More controversial, however, and something that will prove a source of bitterness for years to come methinks, occurred right at the end. With England needing a converted try to draw level, they launched one last desperate attack, including one attempted crossfield kick that was inches away from a score. Finally, wing David Strettle launched himself at the line and, although swamped by three Welsh defenders, appeared at first glance to have touched it down over his head. Multiple video replays appeared to show the same thing, but the TMO was unsure as to whether Strettle had exerted sufficient ‘downward pressure’ and, as it says in the laws “if there is any doubt as to whether a try has been scored, a scrum must be awarded”. With time over, Walsh called no try, blew his whistle, and Wales were victorious. Was it a try? I think it was (as do all my English friends), but hey- it’s happened now. But Wales- you got lucky. Very lucky. (Although I must say, Strettle did himself no favours in the post-match press conference by making at least 2 laws mistakes that didn’t exactly help his case)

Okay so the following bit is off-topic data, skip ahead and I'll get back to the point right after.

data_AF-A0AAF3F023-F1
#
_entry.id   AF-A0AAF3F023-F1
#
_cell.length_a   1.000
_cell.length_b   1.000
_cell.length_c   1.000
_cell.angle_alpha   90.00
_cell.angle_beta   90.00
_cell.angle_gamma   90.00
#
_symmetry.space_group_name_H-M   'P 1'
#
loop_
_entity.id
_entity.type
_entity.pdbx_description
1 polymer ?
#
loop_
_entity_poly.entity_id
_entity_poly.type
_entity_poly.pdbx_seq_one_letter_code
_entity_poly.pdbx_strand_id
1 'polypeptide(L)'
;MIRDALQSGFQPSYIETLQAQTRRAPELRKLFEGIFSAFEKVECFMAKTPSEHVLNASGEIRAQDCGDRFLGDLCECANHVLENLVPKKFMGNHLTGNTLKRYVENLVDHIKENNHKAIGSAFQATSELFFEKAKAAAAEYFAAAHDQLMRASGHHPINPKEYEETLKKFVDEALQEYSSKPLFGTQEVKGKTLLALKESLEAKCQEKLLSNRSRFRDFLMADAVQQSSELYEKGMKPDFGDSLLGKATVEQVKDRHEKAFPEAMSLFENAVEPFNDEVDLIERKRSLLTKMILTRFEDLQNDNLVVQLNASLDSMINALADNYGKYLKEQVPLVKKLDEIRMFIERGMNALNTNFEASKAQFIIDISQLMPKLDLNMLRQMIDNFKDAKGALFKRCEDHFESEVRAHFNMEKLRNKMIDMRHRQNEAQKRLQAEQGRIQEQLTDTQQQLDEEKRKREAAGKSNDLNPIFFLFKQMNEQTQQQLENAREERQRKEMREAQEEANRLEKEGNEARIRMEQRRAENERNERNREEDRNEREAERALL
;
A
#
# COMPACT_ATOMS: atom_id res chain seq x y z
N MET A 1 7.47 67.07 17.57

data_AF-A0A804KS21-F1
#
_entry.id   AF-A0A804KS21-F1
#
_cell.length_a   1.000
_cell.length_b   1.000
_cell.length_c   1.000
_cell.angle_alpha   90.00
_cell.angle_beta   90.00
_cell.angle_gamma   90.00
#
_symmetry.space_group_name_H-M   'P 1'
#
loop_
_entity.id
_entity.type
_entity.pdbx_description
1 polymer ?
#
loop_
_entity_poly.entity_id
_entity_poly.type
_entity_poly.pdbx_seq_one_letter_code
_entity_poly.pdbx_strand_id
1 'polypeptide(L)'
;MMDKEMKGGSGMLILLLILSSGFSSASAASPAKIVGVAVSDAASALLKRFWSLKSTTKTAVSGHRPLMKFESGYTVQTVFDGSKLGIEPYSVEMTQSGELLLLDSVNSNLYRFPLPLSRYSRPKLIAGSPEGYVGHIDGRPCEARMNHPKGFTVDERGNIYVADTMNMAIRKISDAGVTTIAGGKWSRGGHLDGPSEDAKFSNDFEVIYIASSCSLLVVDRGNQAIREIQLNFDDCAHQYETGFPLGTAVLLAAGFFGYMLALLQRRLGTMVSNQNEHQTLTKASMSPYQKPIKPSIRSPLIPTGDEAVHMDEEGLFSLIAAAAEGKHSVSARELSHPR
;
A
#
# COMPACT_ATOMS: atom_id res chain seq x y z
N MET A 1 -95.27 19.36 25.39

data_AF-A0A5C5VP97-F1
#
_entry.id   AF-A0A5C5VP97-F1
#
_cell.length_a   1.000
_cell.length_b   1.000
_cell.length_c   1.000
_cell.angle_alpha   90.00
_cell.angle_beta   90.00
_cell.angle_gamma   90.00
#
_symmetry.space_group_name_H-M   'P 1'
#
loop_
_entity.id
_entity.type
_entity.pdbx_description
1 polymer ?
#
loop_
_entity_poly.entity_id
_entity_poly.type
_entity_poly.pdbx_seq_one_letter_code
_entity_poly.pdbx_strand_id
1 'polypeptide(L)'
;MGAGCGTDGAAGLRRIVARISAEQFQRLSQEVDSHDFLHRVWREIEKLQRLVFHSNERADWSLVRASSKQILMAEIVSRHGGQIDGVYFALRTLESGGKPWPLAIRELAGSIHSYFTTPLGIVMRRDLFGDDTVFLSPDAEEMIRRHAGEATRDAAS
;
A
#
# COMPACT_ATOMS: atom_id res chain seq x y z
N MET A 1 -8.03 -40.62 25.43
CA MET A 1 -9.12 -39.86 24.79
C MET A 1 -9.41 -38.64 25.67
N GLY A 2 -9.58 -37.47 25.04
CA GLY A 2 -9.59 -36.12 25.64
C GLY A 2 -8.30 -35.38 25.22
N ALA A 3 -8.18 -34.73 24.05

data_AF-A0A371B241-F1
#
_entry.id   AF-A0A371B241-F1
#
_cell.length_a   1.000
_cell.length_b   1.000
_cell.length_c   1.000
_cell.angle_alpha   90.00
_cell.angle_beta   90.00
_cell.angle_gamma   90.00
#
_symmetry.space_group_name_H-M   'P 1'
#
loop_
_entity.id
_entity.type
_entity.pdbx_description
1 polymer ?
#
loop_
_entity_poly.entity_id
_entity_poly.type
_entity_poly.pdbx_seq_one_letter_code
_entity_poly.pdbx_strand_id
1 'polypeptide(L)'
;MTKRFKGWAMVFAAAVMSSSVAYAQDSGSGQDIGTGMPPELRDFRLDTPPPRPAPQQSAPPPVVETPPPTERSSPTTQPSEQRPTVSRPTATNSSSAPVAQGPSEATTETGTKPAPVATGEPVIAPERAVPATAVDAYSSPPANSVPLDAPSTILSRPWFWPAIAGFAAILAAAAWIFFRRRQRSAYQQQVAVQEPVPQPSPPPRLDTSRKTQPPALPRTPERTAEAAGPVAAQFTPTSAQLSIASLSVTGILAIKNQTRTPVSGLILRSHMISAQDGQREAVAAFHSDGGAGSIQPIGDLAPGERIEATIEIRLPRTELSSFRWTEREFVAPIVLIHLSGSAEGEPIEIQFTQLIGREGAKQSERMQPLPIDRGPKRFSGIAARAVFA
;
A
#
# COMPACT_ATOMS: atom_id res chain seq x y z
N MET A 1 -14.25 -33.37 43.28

As for WALES, they can thank their win due to a mixture of a rather fluky try from Scott Williams (how he got the ball of the strongest man on the pitch I will never know), and their work in gaining the Leonidas, Eat Your Heart Out Award for Best Defence. Despite Manu Tuilagi sitting Rhys Priestland on his arse at every possible opportunity, and England’s defence being solid as a rock too, the Welsh defence was awesome. MOTM and Welsh captain Sam Warburton saved a sure-fire try with a one-leg tackle on Tuilagi, the most powerful runner out there, that stopped him dead in his tracks, and it was that desperation and urgency with their backs to the wall that kept the English away from a try, and prevented Strettle’s try from being in any doubt. Added to that was George North’s beautiful hit on Owen Farrell, just after Farrell’s equally beautiful chip through, and just after his impressive placement of the ball, considering he’d just been hit by a train of a tackle. You can see it in appalling quality here: http://www.youtube.com/watch?v=edFYLea7n2Y, or with sound on the highlights video- gotta be one of the best of the tournament so far.